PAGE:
Over the past few years, statistics prove the shops on Main Street and Market Street have been increasingly losing business to the Internet-driven businesses.
Then came the Pandemic.
This has proved to be a nearly fatal blow to local businesses. Since March of 2020, one out of every three businesses have either closed for the foreseeable future or permanently. Restrictions placed on people, particularly shopping or eating in restaurants has left few options for shop owners to survive – And predictions for normality have dates that seem to increase every month.
Strangely there is a businessman who saw the advantages of Internet shopping nearly 11 years ago. Art Lieberman had moved to central PA from Brooklyn, NY in 2000 and began a credit card processing business. He had been a piano entertainer for over 40 years and dabbled in half a dozen businesses on the side, most of which were financially successful. By 2010, his credit card business now solicited RV campgrounds throughout the US and was growing quickly. There is and was an Association for the industry that ran a yearly trade show nationally, that drew in 300-400 campground owners from across the US. Lieberman knew, however, that there were more than 11,000 campgrounds in the US. There was something new called "Virtual Reality" where people could stay by their computers yet join a trade show on the Internet. No travel, hotel, shipping of goods, outside meals or even time away from their own businesses.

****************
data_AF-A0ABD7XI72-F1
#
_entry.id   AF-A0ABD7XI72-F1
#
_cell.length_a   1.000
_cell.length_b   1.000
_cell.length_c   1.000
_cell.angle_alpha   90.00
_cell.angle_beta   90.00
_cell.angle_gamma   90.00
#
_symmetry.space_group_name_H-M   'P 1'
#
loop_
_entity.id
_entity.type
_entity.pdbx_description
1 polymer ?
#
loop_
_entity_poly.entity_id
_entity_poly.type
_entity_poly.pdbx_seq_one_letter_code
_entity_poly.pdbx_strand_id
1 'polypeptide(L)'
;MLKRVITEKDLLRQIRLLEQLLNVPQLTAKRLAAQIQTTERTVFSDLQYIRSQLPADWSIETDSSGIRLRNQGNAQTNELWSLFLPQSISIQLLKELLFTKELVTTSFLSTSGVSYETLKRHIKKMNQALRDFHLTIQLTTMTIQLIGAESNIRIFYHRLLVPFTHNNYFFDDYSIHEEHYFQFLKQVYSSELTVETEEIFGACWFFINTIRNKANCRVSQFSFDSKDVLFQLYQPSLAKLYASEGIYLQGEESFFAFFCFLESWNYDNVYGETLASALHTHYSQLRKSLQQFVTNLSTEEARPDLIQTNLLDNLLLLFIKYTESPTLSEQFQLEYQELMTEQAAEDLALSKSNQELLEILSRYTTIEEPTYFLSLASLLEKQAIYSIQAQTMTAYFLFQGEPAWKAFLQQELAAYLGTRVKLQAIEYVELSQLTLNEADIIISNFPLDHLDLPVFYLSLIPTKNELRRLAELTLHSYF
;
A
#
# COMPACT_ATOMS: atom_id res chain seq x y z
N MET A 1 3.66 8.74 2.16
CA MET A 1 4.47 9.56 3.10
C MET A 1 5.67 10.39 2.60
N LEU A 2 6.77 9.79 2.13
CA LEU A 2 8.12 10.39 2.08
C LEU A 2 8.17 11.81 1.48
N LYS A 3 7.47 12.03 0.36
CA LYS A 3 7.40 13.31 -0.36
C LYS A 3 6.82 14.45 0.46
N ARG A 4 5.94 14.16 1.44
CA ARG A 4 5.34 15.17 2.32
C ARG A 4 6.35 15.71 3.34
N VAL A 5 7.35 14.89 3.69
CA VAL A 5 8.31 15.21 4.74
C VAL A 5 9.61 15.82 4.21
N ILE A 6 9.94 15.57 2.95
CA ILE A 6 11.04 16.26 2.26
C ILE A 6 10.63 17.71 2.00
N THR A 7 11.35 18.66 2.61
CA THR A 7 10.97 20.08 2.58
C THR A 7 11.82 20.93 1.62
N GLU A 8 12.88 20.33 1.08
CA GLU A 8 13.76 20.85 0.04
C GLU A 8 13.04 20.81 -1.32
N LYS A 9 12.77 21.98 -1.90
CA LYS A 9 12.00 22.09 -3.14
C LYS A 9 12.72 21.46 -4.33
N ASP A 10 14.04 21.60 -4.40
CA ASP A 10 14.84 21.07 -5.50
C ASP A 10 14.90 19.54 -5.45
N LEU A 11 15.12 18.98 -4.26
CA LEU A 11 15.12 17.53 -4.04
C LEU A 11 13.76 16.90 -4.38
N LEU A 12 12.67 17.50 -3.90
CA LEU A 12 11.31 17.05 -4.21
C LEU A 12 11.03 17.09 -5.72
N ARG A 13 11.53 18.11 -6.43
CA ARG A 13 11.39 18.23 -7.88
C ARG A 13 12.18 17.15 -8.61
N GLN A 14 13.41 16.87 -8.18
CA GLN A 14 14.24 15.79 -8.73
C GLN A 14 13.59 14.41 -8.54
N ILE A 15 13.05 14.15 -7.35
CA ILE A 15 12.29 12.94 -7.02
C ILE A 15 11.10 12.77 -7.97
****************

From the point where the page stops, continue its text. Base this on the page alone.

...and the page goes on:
So in 2010, and again in 2011, Lieberman and his Vice President Deanne Bower produced the Virtual Hospitality Expo. In 2011, 3, 374 people attended. Although Exhibitors purchased booths, attendance to the event was free.
But the software in those years wasn't totally up to the task. There were flaws in the program. They decided to discontinue the event.
In 2020, however, when Covid19 occurred, several State campground associations asked if they couldn't produce the event again so this past year, they revived the event, this time, however, there was tons of competition.
Now, under the influence of the Pandemic, but having the OUTDOOR campgrounds still doing well, Lieberman turned to what was happening in his own community: North Central Pennsylvania. He also saw, to his dismay what was happening to his local businesses in towns like Lewisburg, Selinsgrove, Milton, Danville, Bloomsburg, Williamsport, Mifflinburg, Middleburg, and dozens of others, where local stores were shutting their doors.